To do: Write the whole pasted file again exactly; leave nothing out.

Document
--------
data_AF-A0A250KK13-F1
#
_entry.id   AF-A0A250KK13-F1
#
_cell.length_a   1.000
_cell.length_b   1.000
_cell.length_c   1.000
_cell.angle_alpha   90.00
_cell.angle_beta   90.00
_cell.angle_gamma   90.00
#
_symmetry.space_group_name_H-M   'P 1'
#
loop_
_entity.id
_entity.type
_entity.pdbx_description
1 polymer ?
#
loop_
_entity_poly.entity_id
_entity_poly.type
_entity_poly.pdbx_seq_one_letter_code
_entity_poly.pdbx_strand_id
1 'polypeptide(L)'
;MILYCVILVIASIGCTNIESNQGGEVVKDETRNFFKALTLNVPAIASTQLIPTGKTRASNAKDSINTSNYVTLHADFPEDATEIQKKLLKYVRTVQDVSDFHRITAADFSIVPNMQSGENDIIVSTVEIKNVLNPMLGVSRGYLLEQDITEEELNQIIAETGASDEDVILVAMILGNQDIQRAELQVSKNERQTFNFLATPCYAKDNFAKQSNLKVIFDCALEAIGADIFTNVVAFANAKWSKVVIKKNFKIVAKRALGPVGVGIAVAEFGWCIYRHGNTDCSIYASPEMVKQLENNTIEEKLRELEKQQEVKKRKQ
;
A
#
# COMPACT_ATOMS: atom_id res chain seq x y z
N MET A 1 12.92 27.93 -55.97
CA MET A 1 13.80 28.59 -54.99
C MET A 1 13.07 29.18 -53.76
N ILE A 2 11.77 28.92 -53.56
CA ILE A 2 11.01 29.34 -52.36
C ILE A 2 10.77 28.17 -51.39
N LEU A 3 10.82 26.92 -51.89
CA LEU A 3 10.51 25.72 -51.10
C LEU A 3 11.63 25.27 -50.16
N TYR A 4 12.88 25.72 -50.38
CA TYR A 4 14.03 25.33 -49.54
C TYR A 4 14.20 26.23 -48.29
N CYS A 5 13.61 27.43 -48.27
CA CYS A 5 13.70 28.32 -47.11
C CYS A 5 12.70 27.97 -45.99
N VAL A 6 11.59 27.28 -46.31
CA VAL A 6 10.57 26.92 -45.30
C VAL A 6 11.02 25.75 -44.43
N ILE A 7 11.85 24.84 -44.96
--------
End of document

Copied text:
data_AF-A0A250KK13-F1
#
_entry.id   AF-A0A250KK13-F1
#
_cell.length_a   1.000
_cell.length_b   1.000
_cell.length_c   1.000
_cell.angle_alpha   90.00
_cell.angle_beta   90.00
_cell.angle_gamma   90.00
#
_symmetry.space_group_name_H-M   'P 1'
#
loop_
_entity.id
_entity.type
_entity.pdbx_description
1 polymer ?
#
loop_
_entity_poly.entity_id
_entity_poly.type
_entity_poly.pdbx_seq_one_letter_code
_entity_poly.pdbx_strand_id
1 'polypeptide(L)'
;MILYCVILVIASIGCTNIESNQGGEVVKDETRNFFKALTLNVPAIASTQLIPTGKTRASNAKDSINTSNYVTLHADFPEDATEIQKKLLKYVRTVQDVSDFHRITAADFSIVPNMQSGENDIIVSTVEIKNVLNPMLGVSRGYLLEQDITEEELNQIIAETGASDEDVILVAMILGNQDIQRAELQVSKNERQTFNFLATPCYAKDNFAKQSNLKVIFDCALEAIGADIFTNVVAFANAKWSKVVIKKNFKIVAKRALGPVGVGIAVAEFGWCIYRHGNTDCSIYASPEMVKQLENNTIEEKLRELEKQQEVKKRKQ
;
A
#
# COMPACT_ATOMS: atom_id res chain seq x y z
N MET A 1 12.92 27.93 -55.97
CA MET A 1 13.80 28.59 -54.99
C MET A 1 13.07 29.18 -53.76
N ILE A 2 11.77 28.92 -53.56
CA ILE A 2 11.01 29.34 -52.36
C ILE A 2 10.77 28.17 -51.39
N LEU A 3 10.82 26.92 -51.89
CA LEU A 3 10.51 25.72 -51.10
C LEU A 3 11.63 25.27 -50.16
N TYR A 4 12.88 25.72 -50.38
CA TYR A 4 14.03 25.33 -49.54
C TYR A 4 14.20 26.23 -48.29
N CYS A 5 13.61 27.43 -48.27
CA CYS A 5 13.70 28.32 -47.11
C CYS A 5 12.70 27.97 -45.99
N VAL A 6 11.59 27.28 -46.31
CA VAL A 6 10.57 26.92 -45.30
C VAL A 6 11.02 25.75 -44.43
N ILE A 7 11.85 24.84 -44.96